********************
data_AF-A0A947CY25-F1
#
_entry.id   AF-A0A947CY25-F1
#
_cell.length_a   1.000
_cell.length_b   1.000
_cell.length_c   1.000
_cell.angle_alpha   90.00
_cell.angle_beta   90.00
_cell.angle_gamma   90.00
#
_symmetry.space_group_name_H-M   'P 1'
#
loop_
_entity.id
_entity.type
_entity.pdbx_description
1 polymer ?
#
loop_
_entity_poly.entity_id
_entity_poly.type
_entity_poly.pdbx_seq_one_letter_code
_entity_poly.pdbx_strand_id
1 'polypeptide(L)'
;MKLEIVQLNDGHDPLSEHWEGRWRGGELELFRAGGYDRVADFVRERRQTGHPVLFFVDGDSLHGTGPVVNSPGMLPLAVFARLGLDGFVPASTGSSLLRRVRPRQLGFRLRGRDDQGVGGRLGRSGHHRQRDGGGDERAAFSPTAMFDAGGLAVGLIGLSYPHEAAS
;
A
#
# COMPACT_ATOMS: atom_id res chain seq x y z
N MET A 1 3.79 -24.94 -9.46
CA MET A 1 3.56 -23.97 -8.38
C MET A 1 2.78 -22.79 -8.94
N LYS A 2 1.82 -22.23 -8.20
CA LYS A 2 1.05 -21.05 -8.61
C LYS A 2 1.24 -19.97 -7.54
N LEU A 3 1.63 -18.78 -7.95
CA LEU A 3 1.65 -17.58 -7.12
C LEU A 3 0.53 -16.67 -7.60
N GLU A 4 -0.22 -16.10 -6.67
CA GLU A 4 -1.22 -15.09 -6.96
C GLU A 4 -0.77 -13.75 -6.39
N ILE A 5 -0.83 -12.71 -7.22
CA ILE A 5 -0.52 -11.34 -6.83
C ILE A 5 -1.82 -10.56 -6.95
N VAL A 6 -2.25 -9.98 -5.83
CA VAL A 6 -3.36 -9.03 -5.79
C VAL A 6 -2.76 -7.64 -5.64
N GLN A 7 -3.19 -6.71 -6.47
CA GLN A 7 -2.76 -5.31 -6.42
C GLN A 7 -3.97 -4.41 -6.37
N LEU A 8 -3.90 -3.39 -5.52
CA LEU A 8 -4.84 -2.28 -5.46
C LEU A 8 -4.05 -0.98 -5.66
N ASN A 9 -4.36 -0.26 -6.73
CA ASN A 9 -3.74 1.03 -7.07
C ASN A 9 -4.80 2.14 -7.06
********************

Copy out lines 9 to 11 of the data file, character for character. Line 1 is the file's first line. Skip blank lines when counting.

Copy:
_cell.angle_beta   90.00
_cell.angle_gamma   90.00
#